Phylogeny of the Acipenseriformes: cytogenetic and molecular approaches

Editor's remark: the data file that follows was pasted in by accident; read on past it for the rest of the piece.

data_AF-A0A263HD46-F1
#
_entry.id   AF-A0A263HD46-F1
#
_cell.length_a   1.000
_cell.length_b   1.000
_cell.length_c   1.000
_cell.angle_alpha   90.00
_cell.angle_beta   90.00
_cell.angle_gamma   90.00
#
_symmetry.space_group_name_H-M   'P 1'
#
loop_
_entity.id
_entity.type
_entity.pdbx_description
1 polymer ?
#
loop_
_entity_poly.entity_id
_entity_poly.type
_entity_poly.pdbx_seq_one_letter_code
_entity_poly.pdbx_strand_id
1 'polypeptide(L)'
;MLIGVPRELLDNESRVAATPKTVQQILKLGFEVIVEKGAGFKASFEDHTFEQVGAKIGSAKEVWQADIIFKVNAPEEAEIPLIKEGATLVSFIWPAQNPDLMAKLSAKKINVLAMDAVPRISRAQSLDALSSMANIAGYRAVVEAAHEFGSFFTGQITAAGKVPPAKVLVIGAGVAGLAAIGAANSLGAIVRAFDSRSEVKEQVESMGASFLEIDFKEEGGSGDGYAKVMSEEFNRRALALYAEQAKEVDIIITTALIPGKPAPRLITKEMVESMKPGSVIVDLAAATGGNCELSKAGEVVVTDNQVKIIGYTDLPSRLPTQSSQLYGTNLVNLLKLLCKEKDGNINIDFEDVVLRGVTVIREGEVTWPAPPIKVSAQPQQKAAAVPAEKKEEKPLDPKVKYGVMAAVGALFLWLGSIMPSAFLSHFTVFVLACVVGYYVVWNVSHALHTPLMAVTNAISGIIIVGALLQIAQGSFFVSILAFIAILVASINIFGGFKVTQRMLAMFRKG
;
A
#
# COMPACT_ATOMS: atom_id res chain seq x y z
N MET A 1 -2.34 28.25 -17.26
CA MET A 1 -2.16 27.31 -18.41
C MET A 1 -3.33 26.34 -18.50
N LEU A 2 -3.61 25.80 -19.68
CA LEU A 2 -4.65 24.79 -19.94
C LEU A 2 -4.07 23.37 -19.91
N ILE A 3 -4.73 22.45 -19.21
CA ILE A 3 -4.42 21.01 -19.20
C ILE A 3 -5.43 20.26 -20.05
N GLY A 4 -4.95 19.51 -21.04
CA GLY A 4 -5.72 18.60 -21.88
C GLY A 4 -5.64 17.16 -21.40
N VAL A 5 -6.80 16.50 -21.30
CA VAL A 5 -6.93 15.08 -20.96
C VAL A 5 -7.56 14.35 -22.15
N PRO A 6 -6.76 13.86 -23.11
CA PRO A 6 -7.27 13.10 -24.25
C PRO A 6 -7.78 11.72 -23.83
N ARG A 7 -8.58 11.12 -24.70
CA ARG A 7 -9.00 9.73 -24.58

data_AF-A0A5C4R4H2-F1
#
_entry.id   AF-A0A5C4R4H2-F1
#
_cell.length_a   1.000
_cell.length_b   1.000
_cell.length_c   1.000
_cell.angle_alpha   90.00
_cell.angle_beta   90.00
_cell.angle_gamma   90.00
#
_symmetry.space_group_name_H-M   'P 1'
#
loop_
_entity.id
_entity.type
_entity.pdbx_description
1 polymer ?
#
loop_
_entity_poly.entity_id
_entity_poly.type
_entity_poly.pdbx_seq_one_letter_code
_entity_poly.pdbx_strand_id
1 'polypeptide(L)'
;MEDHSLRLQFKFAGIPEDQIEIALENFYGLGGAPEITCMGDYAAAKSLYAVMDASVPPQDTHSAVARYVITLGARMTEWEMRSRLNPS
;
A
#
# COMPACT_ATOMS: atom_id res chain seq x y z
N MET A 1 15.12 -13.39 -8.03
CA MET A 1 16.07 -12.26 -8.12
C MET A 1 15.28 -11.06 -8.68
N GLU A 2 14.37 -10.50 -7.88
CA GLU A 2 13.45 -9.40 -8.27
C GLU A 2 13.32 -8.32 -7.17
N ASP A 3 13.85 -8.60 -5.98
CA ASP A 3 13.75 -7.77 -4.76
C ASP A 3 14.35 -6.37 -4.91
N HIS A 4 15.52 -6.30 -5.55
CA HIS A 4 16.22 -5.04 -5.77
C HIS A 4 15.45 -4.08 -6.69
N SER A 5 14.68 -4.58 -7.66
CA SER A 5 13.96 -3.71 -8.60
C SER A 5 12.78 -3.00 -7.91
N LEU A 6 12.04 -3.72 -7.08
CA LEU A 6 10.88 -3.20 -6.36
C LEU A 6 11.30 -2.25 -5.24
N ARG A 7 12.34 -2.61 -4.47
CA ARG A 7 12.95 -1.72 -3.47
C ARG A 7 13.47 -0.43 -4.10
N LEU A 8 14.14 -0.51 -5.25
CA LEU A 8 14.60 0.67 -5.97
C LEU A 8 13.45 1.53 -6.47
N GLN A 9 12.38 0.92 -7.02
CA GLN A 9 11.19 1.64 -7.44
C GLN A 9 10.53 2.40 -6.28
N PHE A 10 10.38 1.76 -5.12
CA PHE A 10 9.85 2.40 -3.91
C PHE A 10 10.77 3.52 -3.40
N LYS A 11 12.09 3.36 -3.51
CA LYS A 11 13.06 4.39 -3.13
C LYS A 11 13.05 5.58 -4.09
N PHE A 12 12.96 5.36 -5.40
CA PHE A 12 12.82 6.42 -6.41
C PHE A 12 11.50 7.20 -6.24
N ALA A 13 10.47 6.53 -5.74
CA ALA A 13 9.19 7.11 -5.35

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The review of the data on karyology and DNA content in Acipenseriformes shows that both extant families, the Polyodontidae and Acipenseridae, originated from a tetraploid ancestor which probably had a karyotype consisting of 120 macro- and microchromosomes and DNA content of about 3.2–3.8 pg per nucleus. The tetraploidization of the presumed 60-chromosome ancestor seems to have occurred at an early time of evolution of the group. The divergence of the Acipenseridae into Scaphirhyninae and Acipenserinae occurred without polyploidization. Within the genus Acipenser, polyploidization was one of the main genetic mechanisms of speciation by which 8n and 16n-ploid species were formed. Individual gene trees constructed for sequenced partial fragments of the 18S rRNA (230 base pairs, bp), 12S rRNA (185 bp), 16S rRNA (316 bp), and cytochrome b (270 bp) genes of two Eurasian (A. baerii and A. ruthenus) and two American (A. transmontanus and A. medirostris) species of Acipenser, Huso dauricus, Pseudoscaphirhynchus kaufmanni, Scaphirhynchus albus, and Polyodon spathula showed a low level of resolution; the analysis of a combined set of data for the four genes, however, gave better resolution. Our phylogeny based on molecular analysis had two major departures from existing morphological hypotheses: Huso dauricus is a sister-species to Acipenser instead of being basal to all acipenseriforms, and Scaphirhynchus and Pseudoscaphirhynchus do not form a monophyletic group. The phylogenetic tree constructed for the cytochrome b gene fragments (with inclusion of 7 additional species of Acipenser) supported the conclusion that octoploid species appeared at least three times within Acipenser.
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